Globe and Mail|June 20, 2023|by Rob Carrick

It’s a hell of a thing to be retired from a meaningful career and realize you can’t afford your rent any longer.

Pat Dunn, a 73-year-old retired public-health nurse, was in that position four years ago. After her husband died in 2014, she found she could not afford rent on her income. “I was going into debt every month, trying to keep a roof over my head,” she recalled in an interview. “A very modest roof.”

Ms. Dunn ended up creating a network for senior women in Ontario that helps them find roommates to share housing costs. But while her story is one of resourcefulness and hope, it also documents the alarming extent of our rental crisis. It’s a plague on all ages, from young adults through to retirees.

The group set up by Ms. Dunn to link solo senior women is called Senior Women Living Together (SWLT). She estimates that so far 47 women – in Peterborough, Guelph, Ottawa, North York and Manitoulin Island – have found an affordable place to live through SWLT, with another five in the pipeline.

“We invite people aged 55 and up, but most of our membership is clustered around 60 to 75,” Ms. Dunn said. “Most are fairly low income, but we’re starting to get a lot more interest from moderate income women because of how horrible rents have gotten and how they’re struggling.”

Average rents across the country are up about 20 per cent from pandemic lows and still rising at levels way above the overall year-over-year inflation rate. Solo seniors, notably women because of their longer lifespans, were already a financially challenged demographic before rents soared. Now, the renters among them are worse off.

There’s an old personal finance guideline that rental costs should account for no more than 30 per cent of your gross pay. Ms. Dunn said people in the SWLT community were spending about 40 per cent of their income on rent a few years ago and are now around 50 per cent or higher in some cases.

Ms. Dunn’s own story shows how retired women can find themselves in a position where they need roommates to make rental housing affordable. She was married, divorced and then remarried a man who died suddenly. Ms. Dunn and her first husband owned a home, but sold it and split the proceeds. She and her second husband bought a boat, where they lived until she was widowed and realized she couldn’t afford costs like marina fees any longer.

Ms. Dunn considers herself lucky because she has a pension to top up her Canada Pension Plan and Old Age Security benefits. But even so, the rising cost of rent in Peterborough eventually drove her to look around for roommates.

She started her search by setting up a Facebook group that ultimately turned into SWLT. “I thought I might get 10 people and there was a total of 50 by the end of the first week and 200 by the end of the first month,” she said. “I thought it was my problem I was trying to fix, but then I realized I couldn’t have all these people come along and not help them, too.”

The house Ms. Dunn and her two roommates share is located in a residential Peterborough neighbourhood with bus links and a nearby Costco. Ms. Dunn’s roommates are of a similar age to her, one of them a lifelong single and the other divorced.

Utility costs are shared and rents in the home are geared to the amount of space each resident has: One roommate pays $550, another pays $1,100 and Ms. Dunn herself pays $700, which is about 35 per cent her income.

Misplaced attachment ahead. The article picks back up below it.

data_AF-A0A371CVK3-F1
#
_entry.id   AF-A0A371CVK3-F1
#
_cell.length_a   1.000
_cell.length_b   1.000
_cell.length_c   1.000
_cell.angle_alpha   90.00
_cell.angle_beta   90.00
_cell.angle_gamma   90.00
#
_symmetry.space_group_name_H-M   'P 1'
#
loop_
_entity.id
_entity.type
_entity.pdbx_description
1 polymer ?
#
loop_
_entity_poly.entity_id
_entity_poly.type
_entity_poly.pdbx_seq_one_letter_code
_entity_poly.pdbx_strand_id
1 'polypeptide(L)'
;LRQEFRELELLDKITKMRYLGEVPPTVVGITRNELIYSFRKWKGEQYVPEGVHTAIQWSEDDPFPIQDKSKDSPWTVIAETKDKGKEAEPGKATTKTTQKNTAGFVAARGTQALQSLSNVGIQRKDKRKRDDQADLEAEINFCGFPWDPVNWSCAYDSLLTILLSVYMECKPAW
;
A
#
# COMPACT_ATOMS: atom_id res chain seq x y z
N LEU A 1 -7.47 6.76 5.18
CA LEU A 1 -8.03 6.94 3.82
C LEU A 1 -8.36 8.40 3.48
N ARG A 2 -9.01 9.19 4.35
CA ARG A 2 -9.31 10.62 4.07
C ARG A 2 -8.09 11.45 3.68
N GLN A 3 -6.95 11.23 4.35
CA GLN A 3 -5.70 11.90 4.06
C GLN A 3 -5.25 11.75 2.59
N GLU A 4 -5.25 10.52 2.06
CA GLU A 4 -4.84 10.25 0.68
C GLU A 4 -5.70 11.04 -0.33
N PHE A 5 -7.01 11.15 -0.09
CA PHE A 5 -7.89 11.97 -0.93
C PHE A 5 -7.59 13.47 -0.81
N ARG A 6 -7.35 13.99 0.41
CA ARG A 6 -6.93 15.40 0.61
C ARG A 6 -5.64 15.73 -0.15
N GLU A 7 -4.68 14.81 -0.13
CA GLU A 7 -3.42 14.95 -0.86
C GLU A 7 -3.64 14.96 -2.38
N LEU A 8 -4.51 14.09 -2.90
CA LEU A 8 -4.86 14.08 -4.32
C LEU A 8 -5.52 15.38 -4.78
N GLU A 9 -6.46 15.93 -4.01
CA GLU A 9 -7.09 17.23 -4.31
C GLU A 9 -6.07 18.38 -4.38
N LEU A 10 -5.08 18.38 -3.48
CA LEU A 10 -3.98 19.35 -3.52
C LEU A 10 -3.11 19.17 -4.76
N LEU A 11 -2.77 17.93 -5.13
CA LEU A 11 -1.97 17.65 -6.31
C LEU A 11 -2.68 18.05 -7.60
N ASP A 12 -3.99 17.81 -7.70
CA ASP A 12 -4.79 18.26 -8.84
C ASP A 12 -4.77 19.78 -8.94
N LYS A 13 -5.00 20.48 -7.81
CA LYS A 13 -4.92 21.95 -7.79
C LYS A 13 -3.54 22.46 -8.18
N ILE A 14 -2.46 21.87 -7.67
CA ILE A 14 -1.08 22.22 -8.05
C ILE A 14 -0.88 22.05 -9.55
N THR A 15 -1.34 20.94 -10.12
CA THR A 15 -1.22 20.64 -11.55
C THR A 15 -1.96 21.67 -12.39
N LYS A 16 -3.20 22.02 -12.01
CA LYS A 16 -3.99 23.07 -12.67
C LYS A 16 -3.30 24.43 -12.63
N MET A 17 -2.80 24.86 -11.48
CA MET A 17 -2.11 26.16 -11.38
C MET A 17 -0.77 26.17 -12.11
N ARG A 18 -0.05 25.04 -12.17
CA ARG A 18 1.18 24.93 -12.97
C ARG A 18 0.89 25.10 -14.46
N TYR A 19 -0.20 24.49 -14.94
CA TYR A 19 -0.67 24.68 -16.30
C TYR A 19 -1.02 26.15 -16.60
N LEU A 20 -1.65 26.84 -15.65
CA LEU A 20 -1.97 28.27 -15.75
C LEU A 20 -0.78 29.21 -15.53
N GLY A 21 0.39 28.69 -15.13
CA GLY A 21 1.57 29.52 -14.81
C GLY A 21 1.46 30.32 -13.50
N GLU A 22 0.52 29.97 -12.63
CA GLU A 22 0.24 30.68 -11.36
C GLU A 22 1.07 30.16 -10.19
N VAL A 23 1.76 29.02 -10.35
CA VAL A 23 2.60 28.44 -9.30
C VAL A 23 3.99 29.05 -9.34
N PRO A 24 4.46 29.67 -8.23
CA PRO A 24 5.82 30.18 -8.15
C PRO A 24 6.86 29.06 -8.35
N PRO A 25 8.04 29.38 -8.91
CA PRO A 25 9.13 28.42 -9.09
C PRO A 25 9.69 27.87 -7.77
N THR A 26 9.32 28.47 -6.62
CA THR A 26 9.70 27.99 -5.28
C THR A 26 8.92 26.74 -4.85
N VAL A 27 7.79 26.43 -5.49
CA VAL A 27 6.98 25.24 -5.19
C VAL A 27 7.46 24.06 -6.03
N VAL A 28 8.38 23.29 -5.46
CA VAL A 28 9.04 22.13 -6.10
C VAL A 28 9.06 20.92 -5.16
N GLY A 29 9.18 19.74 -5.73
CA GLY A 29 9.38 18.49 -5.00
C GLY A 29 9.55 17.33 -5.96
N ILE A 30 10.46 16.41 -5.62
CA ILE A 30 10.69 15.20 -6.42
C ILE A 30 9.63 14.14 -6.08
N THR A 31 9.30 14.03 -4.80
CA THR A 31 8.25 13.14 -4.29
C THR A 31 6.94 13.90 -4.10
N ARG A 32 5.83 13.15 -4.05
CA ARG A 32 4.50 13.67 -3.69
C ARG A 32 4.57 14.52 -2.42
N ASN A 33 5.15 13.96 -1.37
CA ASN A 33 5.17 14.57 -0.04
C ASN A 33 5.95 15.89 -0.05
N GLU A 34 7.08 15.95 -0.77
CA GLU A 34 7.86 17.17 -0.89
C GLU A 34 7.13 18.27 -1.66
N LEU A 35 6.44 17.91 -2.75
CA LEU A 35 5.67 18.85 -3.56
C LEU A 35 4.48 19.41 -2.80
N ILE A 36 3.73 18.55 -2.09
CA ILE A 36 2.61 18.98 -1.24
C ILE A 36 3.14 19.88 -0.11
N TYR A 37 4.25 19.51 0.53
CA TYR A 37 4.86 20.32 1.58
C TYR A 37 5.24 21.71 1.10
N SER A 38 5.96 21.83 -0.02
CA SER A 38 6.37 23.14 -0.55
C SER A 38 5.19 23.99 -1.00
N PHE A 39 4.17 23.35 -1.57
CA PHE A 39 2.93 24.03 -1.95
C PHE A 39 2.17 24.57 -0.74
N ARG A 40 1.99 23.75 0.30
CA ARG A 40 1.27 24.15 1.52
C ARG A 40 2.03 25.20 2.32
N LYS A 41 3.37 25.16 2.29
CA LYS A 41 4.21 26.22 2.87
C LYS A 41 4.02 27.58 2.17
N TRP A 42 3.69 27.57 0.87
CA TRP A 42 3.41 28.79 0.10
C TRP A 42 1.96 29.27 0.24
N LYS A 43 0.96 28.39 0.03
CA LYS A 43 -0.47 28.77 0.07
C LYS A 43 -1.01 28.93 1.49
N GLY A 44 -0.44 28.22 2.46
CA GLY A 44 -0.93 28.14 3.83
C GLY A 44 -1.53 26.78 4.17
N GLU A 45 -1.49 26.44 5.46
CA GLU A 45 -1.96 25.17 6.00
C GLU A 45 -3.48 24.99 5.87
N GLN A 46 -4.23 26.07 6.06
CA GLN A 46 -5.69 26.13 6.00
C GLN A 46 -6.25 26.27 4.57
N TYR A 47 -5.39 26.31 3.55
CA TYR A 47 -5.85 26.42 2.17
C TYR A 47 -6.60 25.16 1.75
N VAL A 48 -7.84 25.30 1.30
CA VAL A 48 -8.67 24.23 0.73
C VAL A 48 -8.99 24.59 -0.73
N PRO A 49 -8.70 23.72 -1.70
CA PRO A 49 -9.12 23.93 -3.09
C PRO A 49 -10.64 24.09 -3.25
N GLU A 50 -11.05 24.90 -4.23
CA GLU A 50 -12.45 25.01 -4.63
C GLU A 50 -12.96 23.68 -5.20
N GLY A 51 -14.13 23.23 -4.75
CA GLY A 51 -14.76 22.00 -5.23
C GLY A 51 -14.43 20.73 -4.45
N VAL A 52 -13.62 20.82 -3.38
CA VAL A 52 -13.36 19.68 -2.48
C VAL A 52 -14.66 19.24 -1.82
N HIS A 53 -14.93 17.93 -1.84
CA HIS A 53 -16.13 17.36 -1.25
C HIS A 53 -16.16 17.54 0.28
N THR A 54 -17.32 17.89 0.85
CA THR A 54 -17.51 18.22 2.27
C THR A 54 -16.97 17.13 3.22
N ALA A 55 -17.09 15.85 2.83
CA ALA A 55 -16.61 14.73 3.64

Ms. Dunn spends about 10 to 12 hours a week (*error – it’s actually 10 to 12 hours a day) on SWLT and considers it more of a mission than a hobby because of the affordability issues that she and her peers face. To start with, solo seniors are discriminated against by a tax system that considers retired couples more deserving of tax relief.

Because they often outlive their husbands, women must also absorb the loss of spousal Old Age Security and, to a large extent, Canada Pension Plan retirement benefits as well. There’s a CPP survivor’s benefit, but it’s small (stay tuned for an upcoming column on this topic).

Rising rents add to the financial burden on solo seniors, but Ms. Dunn said there’s an additional aspect to SWLT that helps explain its success. It’s the sense of community that having roommates offers.

At the house where Ms. Dunn lives, the three roommates have dinner together nightly. “We’ve had our ups and downs with personality things and so on, but overall things have worked out quite well.”



Twitter article by Haydn Watters, CBC Radio roving reporter | December 2019

A few months ago, I met a trio of single senior ladies who couldn’t afford to live alone. So they decided to live together.  Skip forward 6 months and they just moved into their house in Peterborough.

They all met on a Facebook group Pat started called Senior Ladies Living Together. She was living in a trailer 5 months a year and needed steady accommodation. Her hope was to find a few ladies in the same situation around Ontario. There’s now more than 1,600 in the group.

The search for a house took a while. Deb tells me they “saw a lot of scary properties beforehand.” They were able to get connected with an investor from Ottawa, Monica Siegenthaler, who bought a house and now rents it out to them.

It’s since been a month of boxes. There’s an empty 4th bedroom in the house that’s full of them (they are still looking for a 4th roommate). “It’s really tiring,” Pat told me. “When we all go to bed at night, all my muscles say ‘thank you thank you, you’re lying down again.”  Chores and house duties are still being sorted but Pat’s the cook, while Deb puts out the trash and Faye will do the dusting.